Quick Potty Training Puppy Guide: How to Help Puppies Develop Good Potty Habits Fast!

The moment you welcome your puppy into your home, it’s as if the world has changed. 

Your new puppy is adorable and angelic – no one can convince you that you just signed up for one challenging yet fulfilling ride. 

That is until you see the first spot of pee all over your carpet.

This article is all about How to Help Puppies Develop Good Potty Habits Fast

It’s understandable why most puppy parents feel overwhelmed and intimidated by the concept of potty training. In fact, it’s one of the biggest reasons that pushes new puppy owners to say, “I quit. I give up.” 

I totally understand the frustration – potty training calls for a ton of patience. You see other dogs pick up the proper habit quickly, and you wonder why your dog seems to take their sweet, sweet time. 

Most new puppy owners who have gone through my Puppy Coach Program come to me with a common struggle: potty training. 

Hope is not lost – even if sometimes, it can feel so – because with the right guidance, and proper training, your puppy will catch up on the right way to do potty breaks.

Key Takeaways

  • As new puppy parents, knowing that you have the full responsibility with potty training contributes a lot to a successful potty training journey.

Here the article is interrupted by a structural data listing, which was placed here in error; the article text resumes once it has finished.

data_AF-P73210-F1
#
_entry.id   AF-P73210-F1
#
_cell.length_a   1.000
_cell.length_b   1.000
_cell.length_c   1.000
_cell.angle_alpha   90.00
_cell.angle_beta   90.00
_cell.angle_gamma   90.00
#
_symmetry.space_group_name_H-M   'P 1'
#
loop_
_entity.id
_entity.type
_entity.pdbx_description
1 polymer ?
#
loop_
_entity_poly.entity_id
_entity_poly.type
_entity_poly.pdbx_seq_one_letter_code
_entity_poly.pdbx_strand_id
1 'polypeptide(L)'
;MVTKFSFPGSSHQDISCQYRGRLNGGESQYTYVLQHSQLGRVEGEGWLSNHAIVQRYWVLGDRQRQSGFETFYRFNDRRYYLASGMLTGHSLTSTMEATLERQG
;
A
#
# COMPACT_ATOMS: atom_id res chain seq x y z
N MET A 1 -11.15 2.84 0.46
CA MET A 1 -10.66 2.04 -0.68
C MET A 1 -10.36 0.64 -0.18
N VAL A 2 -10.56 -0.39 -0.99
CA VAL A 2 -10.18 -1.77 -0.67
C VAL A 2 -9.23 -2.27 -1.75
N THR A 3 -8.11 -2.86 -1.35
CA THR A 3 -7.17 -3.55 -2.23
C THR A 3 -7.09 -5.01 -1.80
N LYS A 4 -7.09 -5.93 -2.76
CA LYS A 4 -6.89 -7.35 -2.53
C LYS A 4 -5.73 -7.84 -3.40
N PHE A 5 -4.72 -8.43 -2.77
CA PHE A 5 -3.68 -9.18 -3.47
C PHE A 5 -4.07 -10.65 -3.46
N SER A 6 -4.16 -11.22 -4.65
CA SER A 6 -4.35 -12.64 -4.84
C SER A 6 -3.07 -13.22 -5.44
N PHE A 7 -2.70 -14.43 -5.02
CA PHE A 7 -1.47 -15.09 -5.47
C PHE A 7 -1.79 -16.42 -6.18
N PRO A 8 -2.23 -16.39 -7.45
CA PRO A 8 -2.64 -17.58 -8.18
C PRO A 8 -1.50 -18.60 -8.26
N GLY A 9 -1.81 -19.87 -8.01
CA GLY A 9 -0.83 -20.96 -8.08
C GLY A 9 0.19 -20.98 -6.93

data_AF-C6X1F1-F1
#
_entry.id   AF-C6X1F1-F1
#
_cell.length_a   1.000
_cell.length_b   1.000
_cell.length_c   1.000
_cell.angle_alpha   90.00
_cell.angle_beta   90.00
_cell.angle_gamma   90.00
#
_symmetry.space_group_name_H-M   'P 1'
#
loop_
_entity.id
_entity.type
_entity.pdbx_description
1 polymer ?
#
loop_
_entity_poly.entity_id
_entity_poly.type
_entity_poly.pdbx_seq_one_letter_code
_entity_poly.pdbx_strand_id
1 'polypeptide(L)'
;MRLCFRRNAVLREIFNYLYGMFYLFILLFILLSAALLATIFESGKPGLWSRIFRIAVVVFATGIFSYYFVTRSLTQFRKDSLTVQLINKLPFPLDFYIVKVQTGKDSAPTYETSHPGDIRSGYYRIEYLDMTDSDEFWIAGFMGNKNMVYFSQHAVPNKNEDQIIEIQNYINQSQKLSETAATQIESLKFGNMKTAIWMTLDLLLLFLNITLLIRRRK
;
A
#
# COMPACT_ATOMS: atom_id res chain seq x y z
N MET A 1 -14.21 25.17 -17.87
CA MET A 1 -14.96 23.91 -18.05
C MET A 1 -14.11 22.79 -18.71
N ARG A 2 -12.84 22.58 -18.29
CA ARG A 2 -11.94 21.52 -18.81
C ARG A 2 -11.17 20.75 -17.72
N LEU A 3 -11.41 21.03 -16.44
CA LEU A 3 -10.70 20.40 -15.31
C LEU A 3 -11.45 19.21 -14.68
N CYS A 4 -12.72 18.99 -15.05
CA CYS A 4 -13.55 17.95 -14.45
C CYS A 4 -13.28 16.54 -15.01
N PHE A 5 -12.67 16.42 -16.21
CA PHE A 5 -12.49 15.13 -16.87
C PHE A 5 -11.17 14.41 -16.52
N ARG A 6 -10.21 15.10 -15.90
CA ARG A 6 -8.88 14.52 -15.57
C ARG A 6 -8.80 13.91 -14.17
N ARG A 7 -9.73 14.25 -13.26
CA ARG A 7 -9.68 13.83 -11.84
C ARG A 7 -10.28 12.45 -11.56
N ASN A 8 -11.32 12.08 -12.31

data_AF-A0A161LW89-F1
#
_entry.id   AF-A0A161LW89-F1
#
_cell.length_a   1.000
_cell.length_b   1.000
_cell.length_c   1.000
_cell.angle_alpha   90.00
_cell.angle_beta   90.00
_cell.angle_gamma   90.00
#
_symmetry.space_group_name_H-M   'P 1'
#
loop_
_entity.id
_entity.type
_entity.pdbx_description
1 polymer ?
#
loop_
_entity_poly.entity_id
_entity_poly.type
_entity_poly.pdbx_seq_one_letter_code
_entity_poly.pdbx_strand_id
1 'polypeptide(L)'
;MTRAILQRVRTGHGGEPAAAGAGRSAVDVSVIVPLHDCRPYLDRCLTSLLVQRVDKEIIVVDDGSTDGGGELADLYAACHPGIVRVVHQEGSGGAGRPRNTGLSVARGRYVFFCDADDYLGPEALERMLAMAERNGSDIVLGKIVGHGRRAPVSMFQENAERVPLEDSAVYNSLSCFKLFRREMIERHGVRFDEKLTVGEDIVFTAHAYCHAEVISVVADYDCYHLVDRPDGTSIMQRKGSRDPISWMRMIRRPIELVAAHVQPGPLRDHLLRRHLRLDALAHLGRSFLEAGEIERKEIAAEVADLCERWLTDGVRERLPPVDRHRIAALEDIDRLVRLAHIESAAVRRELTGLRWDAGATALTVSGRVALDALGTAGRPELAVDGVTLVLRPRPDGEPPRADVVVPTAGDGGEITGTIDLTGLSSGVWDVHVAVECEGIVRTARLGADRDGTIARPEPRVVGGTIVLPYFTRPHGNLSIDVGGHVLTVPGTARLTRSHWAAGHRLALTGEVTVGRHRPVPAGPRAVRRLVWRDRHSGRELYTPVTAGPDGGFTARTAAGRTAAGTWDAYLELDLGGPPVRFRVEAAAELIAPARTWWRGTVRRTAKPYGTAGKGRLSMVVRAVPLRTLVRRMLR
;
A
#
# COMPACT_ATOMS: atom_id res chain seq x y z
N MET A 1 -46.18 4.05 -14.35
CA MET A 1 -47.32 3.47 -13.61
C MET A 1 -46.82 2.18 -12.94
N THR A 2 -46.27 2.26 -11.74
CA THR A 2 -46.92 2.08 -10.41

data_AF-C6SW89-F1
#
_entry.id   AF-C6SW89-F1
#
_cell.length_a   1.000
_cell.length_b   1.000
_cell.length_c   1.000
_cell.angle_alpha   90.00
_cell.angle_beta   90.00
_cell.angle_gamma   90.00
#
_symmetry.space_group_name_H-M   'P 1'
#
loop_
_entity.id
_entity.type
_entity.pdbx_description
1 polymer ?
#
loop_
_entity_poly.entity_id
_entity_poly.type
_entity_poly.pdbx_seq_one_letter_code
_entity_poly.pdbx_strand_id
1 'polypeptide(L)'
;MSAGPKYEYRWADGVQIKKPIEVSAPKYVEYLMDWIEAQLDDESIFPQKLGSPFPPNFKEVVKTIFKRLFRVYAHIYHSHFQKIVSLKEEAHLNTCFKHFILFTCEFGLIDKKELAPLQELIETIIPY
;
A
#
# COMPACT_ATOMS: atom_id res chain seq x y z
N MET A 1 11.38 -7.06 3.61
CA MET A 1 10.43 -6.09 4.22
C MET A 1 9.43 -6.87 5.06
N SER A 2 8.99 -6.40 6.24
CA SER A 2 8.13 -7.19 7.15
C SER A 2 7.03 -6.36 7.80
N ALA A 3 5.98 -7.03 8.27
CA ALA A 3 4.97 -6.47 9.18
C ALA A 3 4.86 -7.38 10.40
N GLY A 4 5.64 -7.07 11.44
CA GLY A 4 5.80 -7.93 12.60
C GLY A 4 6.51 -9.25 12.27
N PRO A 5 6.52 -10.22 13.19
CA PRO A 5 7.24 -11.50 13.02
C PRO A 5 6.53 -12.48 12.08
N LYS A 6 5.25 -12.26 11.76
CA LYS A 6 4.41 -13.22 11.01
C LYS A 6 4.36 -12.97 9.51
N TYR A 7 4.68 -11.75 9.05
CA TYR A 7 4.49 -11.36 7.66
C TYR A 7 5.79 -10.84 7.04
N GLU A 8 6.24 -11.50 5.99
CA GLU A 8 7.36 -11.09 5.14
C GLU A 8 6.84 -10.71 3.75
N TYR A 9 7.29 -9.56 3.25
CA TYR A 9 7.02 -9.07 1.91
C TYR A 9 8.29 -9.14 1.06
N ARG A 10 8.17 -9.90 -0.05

• Common potty training myths including not teaching dogs early can significantly delay a puppy’s potty training progress. 
  • Screaming, hitting, and rubbing a dog’s nose on their pee are doing more harm than good. 
  • Potty training accidents should be approached in a proactive manner. 
  • Using crates and puppy pads are okay, as long as you understand how to make it work for your puppy. 
  • Schedules + compliments and reward make a difference in speeding up potty training success.

Table of Contents

What Contributes to Potty Training Success

With the right guidance and proper training your puppy will soon learn how to do potty

Potty accidents frequently happen during the early weeks because puppies can’t hold their pee. 

If you’re frequently wiping the floors, cleaning carpets, and dealing with surprise pee all over the place, you’re probably eager to get over potty training fast. 

But before you start, here’s a puppy training tip: trust is crucial in teaching dogs correct habits

I know, it’s exciting to go and get the potty training challenges out of the way, but starting without a solid foundation in your relationship with your dogs can pose a problem. 

I’ve heard several potty training frustrations stemming from a lack of trust. Puppy owners bought all the essentials and enrolled puppies in classes, but none were successful. 

Here’s what I want you to remember once you jumpstart your potty training for puppies: your puppy has to feel safe with you in order to listen to and learn from you. 

Here’s a blog you can read if you want to learn how trust and connection in dog training can benefit you and your puppy.

Most puppy parents face this problem: puppy peeing everywhere around the house

Common Myths About Potty Training That Might Delay Your Puppy’s Progress

Learning how to potty train puppies is also knowing which potty training myths should be shelved. Here are some common potty training myths that might actually hurt your puppy’s progress.

MYTH #1: It’s too early to start my puppy potty training.

At first glance, an 8-week-old puppy still looks a tad young to start training. The baby-ness we see in them can sometimes make us delay introducing correct potty habits.